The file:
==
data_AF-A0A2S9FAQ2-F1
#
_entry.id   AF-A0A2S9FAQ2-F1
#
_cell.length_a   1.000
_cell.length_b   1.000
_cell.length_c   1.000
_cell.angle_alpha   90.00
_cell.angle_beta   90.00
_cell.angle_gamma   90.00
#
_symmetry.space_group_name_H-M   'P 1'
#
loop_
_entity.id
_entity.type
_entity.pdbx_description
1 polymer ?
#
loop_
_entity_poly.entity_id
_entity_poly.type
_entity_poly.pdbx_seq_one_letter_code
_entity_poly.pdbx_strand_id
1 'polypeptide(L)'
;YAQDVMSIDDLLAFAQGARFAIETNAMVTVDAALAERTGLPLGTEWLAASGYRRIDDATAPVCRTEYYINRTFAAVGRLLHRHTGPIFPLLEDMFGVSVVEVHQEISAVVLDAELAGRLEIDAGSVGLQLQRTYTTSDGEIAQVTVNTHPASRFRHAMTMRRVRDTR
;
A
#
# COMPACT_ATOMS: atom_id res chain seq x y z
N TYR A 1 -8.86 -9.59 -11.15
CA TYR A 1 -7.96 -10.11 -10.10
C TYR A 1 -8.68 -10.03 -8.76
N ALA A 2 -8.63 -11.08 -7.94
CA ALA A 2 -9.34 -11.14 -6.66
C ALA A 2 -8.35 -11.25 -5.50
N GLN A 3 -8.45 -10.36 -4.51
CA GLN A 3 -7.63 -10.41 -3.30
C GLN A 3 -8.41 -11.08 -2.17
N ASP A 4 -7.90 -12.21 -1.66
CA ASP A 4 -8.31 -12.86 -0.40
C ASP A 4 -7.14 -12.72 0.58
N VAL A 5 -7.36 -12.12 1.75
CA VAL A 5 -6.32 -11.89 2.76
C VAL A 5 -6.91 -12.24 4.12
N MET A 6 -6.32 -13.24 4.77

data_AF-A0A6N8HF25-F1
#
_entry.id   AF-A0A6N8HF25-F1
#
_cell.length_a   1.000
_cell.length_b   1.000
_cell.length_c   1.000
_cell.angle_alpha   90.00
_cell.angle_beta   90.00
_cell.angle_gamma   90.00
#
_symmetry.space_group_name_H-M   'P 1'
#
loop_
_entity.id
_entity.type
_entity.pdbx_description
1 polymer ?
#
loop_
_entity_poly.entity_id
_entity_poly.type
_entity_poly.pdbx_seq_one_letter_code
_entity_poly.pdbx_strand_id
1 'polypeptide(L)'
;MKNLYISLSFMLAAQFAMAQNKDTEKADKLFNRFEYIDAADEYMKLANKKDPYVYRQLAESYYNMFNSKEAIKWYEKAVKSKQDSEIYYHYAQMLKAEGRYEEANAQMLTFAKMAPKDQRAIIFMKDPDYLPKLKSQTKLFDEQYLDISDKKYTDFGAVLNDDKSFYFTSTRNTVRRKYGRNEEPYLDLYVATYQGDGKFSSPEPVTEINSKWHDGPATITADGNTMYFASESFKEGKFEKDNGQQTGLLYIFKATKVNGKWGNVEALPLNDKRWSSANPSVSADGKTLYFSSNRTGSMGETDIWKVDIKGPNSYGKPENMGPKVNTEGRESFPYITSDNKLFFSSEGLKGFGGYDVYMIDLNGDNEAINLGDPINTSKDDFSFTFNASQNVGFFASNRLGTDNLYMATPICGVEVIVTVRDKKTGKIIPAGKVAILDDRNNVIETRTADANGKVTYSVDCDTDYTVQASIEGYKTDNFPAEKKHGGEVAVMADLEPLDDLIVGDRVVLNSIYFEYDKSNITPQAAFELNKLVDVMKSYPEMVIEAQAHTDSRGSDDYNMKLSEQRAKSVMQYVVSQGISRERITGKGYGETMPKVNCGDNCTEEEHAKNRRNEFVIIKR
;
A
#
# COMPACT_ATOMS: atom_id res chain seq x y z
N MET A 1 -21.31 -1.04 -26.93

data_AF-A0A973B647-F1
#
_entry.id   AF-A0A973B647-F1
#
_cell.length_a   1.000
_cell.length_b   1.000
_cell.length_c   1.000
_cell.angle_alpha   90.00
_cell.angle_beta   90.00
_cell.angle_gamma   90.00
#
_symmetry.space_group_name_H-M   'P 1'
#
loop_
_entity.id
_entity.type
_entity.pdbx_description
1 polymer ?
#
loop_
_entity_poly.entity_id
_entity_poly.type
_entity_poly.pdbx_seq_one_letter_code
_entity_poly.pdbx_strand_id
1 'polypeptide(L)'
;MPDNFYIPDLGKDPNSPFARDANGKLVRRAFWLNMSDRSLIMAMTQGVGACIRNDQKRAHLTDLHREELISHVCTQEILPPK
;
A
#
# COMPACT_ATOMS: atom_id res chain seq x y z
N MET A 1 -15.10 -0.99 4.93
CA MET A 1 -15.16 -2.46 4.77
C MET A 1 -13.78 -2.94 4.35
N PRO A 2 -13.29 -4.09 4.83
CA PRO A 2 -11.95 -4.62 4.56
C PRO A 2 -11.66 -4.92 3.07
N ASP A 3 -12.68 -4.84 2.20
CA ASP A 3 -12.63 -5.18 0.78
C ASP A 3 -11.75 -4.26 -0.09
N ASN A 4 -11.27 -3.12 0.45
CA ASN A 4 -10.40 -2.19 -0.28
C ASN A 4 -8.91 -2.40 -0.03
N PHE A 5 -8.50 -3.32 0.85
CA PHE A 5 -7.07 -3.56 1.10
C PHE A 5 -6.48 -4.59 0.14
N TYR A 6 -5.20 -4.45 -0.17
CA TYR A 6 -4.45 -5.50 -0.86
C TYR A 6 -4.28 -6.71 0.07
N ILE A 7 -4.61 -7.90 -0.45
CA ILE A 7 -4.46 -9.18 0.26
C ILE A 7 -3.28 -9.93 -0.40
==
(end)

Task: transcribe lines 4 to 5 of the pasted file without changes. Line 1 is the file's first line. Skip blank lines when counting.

#
_cell.length_a   1.000